In other news, today I began a brand-new language acquisition project that I will also report on in this blog. I will henceforth spend an average of at least 10 minutes per day studying French—probably most of it on listening, but also including reading, writing, and speaking. Unlike my Mandarin project, my main purpose is not experimental: I simply want to recover my fluency in the language. However, since I am always interested in contributing to the understanding of the language acquisition process, I will carefully record my activities and report on my progress.

I will continue to focus my weekly posts here on my Mandarin experiment, though I may occasionally comment on my new French project en passant. However, I will create specific pages to report on my French project—albeit with much less detail and frequency.

What I did to kick-start my French project today was to devise and take a self-administered test to measure my reading, writing, and speaking ability before getting started. I have detailed the test procedure and posted my actual performance (without any corrections yet) on my new French project pages. I hope you will take a look!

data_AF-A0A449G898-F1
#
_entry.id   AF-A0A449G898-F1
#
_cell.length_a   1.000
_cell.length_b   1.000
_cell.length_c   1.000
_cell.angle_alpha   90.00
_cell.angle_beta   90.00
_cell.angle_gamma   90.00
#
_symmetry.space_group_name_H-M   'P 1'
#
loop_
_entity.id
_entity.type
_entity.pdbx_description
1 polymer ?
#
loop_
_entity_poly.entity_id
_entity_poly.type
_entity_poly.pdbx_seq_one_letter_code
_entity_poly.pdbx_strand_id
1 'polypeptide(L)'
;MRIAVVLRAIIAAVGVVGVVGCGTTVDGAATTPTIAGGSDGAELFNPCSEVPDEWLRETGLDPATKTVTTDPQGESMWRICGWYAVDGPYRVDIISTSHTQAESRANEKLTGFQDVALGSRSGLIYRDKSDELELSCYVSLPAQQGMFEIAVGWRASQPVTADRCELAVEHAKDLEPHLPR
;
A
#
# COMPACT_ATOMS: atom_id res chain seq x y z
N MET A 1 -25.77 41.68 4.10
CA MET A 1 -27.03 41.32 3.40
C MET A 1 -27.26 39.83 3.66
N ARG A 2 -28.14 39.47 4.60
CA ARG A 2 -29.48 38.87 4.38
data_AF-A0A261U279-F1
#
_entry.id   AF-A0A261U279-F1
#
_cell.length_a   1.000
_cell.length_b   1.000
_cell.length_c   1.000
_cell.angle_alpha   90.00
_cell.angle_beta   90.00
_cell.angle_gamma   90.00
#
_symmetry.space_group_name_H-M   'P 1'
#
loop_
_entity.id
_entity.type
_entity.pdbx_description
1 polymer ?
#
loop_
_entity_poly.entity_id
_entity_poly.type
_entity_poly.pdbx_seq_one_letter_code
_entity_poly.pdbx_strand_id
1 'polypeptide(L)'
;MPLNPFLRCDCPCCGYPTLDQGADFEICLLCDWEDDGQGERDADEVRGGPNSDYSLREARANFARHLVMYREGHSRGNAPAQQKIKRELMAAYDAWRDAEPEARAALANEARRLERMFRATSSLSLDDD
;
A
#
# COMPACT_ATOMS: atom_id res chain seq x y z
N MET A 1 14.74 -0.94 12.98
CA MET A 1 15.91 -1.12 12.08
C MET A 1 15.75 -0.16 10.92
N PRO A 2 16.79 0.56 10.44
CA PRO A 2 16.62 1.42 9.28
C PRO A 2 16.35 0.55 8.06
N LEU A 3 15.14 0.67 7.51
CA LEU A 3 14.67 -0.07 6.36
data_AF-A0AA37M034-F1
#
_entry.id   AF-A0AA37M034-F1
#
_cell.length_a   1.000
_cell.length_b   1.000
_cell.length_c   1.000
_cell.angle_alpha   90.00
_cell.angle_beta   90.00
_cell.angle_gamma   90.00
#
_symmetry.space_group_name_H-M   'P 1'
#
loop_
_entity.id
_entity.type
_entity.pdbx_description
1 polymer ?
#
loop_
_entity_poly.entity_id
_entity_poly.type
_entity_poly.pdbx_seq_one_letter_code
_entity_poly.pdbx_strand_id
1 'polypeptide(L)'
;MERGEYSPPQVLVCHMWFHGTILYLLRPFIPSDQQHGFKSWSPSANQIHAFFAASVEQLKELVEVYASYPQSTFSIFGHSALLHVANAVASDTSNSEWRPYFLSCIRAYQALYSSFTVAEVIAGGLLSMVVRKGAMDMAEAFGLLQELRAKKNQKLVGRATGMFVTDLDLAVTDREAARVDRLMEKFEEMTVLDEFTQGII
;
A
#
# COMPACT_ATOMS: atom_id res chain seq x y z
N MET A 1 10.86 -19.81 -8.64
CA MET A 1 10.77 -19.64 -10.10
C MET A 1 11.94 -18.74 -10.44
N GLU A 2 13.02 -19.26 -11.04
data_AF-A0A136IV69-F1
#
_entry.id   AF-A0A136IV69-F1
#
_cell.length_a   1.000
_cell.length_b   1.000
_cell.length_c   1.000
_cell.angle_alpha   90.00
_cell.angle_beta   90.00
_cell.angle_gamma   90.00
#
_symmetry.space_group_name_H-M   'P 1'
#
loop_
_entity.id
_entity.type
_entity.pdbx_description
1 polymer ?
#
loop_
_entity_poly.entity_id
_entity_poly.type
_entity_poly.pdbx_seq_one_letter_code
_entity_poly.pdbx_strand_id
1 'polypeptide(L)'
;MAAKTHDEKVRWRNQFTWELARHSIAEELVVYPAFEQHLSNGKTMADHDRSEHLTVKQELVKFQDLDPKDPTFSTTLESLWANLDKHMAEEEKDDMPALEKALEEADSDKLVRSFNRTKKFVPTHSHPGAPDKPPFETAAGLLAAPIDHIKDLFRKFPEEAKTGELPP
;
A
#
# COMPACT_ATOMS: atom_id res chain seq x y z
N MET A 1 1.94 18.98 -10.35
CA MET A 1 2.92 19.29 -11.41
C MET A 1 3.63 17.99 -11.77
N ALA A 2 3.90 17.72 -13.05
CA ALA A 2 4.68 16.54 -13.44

Languages and a Technology-Intensive Video Approach to Acquisition – Week 47

I’m back from the Andes and back to Mandarin, after a full 20 days off! I’ve created an Off Topic section to my blog. I hope you will enjoy my write-up on a Choquequirao – Machu Picchu backpacking expedition.

2014-12-01 10.16.33 (2)

Although I spent zero hours on Mandarin for three weeks in Peru (see the leveling off near the end of the blue graph),

hours_13-dez-14

I did have fun learning a few words in Quechua and got an extended immersion in Spanish. Working professionally with the language and having the opportunity to travel a great deal in the past few years has taken my fluency to a new level. Before I reveal my actual origins, I am almost always mistaken for a native Spanish speaker, although nobody can quite pinpoint my accent (because, after all, it’s a complete mix, from nowhere and everywhere at once). In Latin America, I am often taken for a Spaniard, and alternately for a Central American, Mexican, Chilean, Colombian, or Venezuelan.